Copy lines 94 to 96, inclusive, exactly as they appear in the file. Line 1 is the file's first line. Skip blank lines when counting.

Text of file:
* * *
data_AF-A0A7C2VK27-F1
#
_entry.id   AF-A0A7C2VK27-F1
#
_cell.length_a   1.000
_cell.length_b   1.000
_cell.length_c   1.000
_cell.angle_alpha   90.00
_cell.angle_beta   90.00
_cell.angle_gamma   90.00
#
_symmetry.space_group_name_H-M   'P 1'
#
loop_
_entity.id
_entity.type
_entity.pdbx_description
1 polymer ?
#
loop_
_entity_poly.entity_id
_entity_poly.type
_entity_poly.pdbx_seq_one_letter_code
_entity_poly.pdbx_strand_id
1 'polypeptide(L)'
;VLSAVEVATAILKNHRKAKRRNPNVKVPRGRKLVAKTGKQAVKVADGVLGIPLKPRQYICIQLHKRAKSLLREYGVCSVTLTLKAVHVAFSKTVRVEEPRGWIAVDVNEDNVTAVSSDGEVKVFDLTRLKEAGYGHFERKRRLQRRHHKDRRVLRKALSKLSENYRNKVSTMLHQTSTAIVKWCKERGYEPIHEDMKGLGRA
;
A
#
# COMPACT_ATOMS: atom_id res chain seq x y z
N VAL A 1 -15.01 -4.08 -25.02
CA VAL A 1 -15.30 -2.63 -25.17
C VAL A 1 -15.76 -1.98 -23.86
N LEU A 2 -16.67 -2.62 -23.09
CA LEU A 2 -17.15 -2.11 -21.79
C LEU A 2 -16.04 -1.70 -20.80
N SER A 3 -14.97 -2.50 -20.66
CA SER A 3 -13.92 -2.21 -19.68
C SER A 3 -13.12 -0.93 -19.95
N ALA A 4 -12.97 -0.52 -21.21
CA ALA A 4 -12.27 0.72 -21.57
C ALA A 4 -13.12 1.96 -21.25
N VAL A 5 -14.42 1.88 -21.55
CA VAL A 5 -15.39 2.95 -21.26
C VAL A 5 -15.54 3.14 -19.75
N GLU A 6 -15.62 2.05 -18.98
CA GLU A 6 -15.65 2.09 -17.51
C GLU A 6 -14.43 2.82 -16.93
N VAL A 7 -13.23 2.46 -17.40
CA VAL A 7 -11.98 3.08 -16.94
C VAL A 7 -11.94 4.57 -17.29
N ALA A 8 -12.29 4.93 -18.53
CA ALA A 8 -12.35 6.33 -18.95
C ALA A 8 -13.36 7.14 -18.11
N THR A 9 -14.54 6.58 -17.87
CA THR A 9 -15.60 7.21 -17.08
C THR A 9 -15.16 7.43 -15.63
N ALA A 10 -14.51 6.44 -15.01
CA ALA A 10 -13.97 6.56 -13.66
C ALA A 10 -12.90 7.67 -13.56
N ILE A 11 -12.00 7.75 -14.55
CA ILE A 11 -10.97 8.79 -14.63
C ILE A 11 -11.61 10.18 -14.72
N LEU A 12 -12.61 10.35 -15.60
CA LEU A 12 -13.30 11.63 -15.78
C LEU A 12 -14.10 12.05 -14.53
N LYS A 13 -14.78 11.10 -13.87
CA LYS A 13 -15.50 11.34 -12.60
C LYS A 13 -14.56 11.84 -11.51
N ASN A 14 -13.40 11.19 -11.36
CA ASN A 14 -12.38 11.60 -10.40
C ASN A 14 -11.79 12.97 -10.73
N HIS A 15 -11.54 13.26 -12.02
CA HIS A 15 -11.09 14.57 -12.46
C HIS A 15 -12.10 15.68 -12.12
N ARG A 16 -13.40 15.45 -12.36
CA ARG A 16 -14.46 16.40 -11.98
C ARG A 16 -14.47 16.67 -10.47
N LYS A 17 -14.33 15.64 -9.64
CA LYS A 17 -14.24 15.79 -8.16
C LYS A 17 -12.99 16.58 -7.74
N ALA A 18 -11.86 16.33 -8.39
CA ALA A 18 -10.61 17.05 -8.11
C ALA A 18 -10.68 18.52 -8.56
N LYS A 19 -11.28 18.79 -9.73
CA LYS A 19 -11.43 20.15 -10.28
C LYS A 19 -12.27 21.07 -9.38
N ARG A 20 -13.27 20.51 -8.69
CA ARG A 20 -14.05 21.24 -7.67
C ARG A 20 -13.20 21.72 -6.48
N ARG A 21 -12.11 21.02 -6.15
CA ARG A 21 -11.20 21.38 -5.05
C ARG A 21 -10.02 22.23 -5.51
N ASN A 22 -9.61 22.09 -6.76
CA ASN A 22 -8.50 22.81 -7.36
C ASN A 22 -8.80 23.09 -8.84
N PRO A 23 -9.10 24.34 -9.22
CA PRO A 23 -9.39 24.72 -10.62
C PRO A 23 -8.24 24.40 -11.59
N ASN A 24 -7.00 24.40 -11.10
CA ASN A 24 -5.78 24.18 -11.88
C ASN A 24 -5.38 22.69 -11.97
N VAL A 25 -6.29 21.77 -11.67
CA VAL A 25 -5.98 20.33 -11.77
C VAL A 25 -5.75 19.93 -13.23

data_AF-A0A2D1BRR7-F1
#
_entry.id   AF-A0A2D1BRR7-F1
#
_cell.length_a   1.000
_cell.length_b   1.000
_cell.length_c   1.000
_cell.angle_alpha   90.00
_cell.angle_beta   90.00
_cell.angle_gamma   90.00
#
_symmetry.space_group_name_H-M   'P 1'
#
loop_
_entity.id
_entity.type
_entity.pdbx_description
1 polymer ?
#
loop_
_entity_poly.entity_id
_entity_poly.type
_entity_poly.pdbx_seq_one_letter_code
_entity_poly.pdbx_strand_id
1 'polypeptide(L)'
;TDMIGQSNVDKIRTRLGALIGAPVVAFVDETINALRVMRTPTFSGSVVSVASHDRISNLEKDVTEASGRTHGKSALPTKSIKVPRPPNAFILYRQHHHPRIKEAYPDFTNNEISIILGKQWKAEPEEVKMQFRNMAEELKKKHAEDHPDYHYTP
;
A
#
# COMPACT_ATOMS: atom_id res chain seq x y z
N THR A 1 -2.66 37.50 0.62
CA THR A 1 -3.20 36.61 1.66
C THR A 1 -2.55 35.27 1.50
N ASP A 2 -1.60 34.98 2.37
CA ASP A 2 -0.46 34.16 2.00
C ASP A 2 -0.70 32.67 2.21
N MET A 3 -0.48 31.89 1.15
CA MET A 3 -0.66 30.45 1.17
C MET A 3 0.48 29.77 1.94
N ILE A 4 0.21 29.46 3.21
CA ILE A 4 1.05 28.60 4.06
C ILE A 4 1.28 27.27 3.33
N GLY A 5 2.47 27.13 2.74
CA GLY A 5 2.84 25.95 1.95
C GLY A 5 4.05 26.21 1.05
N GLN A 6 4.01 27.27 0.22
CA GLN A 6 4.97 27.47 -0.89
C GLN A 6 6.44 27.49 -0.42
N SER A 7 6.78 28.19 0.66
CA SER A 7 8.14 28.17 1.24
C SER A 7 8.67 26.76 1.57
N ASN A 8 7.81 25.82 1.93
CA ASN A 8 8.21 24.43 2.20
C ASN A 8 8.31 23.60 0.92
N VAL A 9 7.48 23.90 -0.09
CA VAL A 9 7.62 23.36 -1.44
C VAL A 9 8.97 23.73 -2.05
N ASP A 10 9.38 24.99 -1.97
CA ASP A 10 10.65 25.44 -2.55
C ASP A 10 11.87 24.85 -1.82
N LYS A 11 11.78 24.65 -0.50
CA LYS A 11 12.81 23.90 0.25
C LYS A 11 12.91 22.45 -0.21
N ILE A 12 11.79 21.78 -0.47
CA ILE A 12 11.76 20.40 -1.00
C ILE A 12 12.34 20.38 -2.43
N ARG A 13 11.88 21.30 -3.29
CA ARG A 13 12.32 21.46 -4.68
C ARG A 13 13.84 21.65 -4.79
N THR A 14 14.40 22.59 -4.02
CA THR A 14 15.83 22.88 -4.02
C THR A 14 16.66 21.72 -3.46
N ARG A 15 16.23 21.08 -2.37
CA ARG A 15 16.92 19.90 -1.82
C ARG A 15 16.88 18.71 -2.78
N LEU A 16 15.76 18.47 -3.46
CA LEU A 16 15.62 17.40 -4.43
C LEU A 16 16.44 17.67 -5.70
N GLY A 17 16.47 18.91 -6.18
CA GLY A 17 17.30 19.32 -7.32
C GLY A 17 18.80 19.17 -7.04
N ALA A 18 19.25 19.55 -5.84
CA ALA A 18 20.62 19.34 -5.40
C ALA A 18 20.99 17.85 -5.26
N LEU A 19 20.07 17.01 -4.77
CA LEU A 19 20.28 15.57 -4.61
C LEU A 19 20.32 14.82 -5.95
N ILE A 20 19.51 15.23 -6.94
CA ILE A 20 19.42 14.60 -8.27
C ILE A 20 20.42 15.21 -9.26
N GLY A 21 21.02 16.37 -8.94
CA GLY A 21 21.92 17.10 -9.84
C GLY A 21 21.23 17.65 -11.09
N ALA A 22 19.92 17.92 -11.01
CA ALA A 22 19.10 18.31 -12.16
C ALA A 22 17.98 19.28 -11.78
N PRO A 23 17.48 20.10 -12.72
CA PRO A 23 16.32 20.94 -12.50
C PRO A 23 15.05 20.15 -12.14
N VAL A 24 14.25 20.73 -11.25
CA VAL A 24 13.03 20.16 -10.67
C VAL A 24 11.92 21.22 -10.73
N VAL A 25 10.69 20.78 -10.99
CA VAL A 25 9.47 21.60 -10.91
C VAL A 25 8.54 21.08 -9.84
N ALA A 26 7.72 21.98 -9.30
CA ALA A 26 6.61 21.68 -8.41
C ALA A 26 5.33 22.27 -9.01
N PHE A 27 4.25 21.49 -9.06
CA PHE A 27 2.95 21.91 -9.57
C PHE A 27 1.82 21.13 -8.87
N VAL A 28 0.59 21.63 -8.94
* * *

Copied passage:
N ASN A 22 -9.61 22.09 -6.76
CA ASN A 22 -8.50 22.81 -7.36
C ASN A 22 -8.80 23.09 -8.84